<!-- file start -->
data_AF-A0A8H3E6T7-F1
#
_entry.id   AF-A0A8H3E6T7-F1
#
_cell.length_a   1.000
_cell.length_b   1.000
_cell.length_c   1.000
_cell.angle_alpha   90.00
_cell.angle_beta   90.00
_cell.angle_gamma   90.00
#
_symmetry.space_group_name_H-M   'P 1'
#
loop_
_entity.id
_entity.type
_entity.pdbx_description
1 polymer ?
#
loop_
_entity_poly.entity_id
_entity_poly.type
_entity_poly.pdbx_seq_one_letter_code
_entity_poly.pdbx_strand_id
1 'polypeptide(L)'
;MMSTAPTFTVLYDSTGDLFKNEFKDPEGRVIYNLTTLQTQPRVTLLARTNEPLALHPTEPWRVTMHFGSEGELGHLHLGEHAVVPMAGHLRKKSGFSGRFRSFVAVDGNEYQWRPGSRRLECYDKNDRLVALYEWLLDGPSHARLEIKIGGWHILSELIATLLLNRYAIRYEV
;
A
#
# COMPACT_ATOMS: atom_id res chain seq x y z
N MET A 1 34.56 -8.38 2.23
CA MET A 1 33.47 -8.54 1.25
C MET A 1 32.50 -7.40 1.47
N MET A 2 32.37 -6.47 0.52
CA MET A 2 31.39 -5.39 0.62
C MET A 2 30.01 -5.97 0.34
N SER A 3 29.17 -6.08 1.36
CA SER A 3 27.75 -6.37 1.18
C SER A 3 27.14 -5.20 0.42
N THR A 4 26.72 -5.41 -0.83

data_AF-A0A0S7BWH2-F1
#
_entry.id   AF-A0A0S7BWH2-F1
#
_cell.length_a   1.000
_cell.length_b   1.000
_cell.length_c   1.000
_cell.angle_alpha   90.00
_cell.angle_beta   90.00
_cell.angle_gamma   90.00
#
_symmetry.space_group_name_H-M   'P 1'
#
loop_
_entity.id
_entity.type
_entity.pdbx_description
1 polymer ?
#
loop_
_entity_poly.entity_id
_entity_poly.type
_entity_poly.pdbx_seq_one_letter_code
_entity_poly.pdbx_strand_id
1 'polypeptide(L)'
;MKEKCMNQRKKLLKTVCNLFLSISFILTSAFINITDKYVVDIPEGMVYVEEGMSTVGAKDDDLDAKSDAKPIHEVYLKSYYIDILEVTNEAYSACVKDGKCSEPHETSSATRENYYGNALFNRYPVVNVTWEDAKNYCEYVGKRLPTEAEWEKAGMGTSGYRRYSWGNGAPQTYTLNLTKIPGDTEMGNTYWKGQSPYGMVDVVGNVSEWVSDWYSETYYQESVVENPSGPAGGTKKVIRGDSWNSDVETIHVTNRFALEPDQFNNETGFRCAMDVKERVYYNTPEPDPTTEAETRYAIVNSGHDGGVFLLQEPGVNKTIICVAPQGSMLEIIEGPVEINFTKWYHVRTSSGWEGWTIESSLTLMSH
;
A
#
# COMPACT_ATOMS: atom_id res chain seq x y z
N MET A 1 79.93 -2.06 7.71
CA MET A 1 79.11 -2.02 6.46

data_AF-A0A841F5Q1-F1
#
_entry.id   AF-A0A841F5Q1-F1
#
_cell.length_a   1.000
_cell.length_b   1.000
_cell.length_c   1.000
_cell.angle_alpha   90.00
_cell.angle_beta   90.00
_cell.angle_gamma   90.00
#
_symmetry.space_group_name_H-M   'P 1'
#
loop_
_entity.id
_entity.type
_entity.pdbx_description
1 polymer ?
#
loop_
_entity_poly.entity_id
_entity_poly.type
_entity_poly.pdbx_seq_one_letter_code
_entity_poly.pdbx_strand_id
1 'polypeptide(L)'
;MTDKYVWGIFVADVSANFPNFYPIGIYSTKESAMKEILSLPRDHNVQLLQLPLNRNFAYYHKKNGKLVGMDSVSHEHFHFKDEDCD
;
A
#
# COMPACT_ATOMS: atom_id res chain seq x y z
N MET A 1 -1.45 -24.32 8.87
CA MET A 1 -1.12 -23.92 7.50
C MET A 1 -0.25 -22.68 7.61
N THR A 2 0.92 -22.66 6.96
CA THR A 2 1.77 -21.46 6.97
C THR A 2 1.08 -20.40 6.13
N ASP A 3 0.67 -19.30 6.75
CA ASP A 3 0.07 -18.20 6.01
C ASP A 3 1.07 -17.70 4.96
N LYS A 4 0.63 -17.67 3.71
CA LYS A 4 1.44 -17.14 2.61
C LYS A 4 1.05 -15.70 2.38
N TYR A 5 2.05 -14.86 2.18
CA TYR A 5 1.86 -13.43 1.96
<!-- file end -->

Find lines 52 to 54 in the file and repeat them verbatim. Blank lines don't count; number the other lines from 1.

_symmetry.space_group_name_H-M   'P 1'
#
loop_